Useful documents to review include curriculum maps, short and long-term plans, individual lesson plans and resources (you will not always need to go into this level of detail, but you might want to look at a few examples of lesson plans or resources per unit to get a good idea of how content is taught). The working group should also take into account cross-curricular events/days, trips and assemblies.

Include the whole school community and let them know what you are doing

You might want to consider running an INSET or CPD session for all staff to kick-off the review. This way, everyone is engaged and feels involved, not just staff in the working group. Encourage all staff to feed in suggestions or ideas of what needs to improve via their subject leader.

Meanwhile, make sure you let parents and pupils know that you are working on this audit and encourage them to share their thoughts and ideas, too.

You should also let governors know you are carrying out this work, especially any curriculum link governors. Tell them how they can get involved with the working group if they want to.

Don’t expect this to be a quick fix

This is not a quick piece of work – it may take up to a year to do the full review and once you have completed it the working group should keep meeting to discuss how it is going and any ways they want to adapt the curriculum further. As with any curriculum work, this will never be finished – it is going to be an on-going process of refinement.

Your cross-curricular working group might want to meet at the end of each term or half-term (depending on how often they are meeting) to review what has been taught that term/half-term and how they want to frame/teach the content differently the following year – this way the whole review will be completed in one year.

Make sure you give staff time to get this right, and don’t expect them to complete the review in their own time. You could consider setting aside all your INSET days for a year for those staff in the working group to dedicate themselves to this work.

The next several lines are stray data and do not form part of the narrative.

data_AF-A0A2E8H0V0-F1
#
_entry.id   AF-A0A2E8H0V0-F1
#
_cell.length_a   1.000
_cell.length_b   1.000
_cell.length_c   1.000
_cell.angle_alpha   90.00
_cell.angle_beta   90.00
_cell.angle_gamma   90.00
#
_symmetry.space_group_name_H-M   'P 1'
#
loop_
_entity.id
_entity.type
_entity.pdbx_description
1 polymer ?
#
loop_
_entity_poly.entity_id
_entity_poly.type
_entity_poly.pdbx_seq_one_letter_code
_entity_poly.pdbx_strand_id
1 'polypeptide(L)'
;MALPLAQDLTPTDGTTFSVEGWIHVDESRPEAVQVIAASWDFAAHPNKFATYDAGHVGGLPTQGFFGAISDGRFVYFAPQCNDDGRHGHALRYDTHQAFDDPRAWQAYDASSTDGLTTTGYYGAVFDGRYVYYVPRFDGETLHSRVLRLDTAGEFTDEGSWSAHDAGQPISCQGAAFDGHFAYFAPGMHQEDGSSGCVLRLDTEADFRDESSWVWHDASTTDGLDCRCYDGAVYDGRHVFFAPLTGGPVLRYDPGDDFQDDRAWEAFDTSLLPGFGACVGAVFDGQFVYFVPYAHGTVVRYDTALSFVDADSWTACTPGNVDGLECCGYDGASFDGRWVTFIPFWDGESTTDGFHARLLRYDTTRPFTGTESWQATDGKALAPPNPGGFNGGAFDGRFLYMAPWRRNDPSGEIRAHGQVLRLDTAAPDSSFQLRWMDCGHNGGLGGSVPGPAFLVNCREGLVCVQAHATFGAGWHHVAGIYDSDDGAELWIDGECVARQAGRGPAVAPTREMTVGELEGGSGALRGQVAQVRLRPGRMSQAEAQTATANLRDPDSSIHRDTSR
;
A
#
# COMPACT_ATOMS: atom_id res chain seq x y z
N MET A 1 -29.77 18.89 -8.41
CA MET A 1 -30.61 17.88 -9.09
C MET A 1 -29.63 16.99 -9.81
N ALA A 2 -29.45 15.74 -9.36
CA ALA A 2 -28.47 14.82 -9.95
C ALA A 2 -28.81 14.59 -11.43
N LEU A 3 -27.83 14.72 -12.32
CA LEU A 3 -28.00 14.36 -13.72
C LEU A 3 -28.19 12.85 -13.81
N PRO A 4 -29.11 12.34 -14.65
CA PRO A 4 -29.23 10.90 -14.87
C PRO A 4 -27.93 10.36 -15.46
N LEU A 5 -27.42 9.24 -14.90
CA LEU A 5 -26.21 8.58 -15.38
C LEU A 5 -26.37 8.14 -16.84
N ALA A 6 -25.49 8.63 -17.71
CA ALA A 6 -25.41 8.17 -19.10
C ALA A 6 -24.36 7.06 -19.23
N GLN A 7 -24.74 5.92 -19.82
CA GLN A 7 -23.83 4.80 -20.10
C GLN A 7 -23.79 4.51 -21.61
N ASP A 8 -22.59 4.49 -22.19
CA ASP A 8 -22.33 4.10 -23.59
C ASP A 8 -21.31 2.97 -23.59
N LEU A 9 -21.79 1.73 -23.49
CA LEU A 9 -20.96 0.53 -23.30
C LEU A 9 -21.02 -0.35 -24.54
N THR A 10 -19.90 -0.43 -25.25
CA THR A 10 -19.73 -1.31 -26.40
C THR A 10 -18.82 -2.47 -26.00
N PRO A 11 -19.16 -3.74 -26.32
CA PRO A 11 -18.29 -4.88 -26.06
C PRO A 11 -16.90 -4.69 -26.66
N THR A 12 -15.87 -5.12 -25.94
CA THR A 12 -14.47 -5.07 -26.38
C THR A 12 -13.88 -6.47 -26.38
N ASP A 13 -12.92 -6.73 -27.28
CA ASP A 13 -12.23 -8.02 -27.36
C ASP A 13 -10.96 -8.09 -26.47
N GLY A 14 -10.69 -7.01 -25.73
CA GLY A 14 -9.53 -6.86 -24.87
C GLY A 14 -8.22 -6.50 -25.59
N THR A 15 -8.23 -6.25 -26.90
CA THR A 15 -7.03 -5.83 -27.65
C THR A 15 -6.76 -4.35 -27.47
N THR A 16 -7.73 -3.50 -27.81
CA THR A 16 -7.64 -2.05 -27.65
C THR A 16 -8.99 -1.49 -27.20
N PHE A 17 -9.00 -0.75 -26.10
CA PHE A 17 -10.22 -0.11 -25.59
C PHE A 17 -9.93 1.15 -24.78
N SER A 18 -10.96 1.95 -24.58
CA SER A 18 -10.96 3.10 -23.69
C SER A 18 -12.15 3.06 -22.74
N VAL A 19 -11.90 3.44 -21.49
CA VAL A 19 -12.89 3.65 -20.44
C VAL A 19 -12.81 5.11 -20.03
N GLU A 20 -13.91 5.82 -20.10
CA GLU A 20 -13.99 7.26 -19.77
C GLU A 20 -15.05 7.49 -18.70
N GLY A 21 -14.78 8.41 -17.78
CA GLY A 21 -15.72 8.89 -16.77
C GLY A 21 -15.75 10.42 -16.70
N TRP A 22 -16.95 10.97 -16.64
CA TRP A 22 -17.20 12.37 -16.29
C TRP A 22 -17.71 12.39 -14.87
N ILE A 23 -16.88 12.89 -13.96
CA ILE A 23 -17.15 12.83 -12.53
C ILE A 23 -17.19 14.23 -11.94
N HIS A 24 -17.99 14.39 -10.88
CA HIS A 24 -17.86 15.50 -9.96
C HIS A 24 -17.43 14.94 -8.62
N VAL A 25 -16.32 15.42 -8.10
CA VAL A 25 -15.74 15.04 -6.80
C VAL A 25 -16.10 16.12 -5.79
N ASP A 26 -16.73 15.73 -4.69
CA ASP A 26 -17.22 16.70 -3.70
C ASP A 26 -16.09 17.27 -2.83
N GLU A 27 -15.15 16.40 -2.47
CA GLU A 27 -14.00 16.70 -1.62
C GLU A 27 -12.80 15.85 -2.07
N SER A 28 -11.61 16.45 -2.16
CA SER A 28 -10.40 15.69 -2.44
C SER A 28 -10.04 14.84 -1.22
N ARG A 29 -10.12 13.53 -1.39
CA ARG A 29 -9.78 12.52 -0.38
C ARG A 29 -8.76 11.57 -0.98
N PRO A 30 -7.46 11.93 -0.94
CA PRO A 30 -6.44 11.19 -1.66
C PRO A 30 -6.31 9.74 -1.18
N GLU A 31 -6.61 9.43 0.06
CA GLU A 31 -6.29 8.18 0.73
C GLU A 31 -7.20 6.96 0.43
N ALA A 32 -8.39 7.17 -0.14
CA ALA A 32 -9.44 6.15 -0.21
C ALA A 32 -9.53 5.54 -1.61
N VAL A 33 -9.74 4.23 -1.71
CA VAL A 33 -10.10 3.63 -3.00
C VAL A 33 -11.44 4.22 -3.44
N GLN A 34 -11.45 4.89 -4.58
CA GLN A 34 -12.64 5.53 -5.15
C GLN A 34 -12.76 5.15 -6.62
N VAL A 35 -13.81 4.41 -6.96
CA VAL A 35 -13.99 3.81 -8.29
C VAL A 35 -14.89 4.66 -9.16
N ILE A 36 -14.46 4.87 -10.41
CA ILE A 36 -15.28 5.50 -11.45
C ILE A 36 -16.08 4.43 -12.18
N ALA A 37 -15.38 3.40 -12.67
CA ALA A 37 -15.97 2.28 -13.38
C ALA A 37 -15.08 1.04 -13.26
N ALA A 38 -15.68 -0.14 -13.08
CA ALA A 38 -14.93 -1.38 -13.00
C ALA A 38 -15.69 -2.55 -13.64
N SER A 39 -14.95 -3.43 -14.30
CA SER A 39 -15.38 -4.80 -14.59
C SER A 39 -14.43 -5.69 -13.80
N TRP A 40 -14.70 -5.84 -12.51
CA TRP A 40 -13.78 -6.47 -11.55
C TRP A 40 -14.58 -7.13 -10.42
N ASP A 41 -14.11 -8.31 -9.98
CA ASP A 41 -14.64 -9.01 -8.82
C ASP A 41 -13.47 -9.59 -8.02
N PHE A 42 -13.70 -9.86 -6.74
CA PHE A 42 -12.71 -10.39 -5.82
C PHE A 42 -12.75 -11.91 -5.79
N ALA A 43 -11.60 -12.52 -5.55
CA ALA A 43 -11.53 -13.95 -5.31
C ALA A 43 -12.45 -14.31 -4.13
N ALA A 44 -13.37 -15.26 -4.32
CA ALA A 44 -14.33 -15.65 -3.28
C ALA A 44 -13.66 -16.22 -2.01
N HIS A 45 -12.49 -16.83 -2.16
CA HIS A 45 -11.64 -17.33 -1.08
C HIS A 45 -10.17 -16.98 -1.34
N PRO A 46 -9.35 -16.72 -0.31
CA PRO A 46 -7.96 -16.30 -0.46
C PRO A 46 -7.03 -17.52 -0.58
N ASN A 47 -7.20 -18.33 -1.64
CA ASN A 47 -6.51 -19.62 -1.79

You may want to consider including the curriculum audit as part of your school improvement plan, due to its size and scale. This will mean that the work gets tracked and resources can be considered from the very start.

Support your staff to deliver the new curriculum

When you have reviewed and adapted your curriculum, you need to support your teachers to be confident delivering it. The cross-curricular working group should continue to support staff in delivering the curriculum once they have adapted it. As mentioned earlier, use sources such as reading, podcasts and documentaries to help get all teachers up-to-speed. You could also consider staff training – there are many specialist CPD courses available.

Next steps: Go beyond your curriculum

If you want your school to be truly inclusive, you also need to think about the ethos and culture that surrounds your curriculum. This should include a review of:

  • Staff hiring and training.
  • The school environment: Ensuring diversity in your displays and minimising the use of segregated areas such as boys’ library corners, for example.
  • Policies: Include a statement of zero tolerance for harassment and gendered/homophobic language in policies such as your anti-bullying policy, behaviour policy and child protection policy. Also, ensure you are complying with the requirements of the Public Sector Equality Duty (PSED).
  • The language used across your school: Stonewall’s primary curriculum contains useful glossaries for pupils and staff (2019).
  • Your school’s involvement and engagement with your wider community: For example, inviting female and LGBT+ role models to run assemblies and career events.

  • Katherine Fowler is a content editor at The Key, a provider of intelligence and resources for education leaders. The advice in this article is taken from The Key’s resource Curriculum audit: Gender and LGBTQ+ inclusivity, which includes a curriculum audit tool. The Key worked on this resource with Clive Belgeonne, Gulshan Kayembe, David Lowbridge-Ellis, Daniel Tomlinson-Gray and Shalina Patel. Visit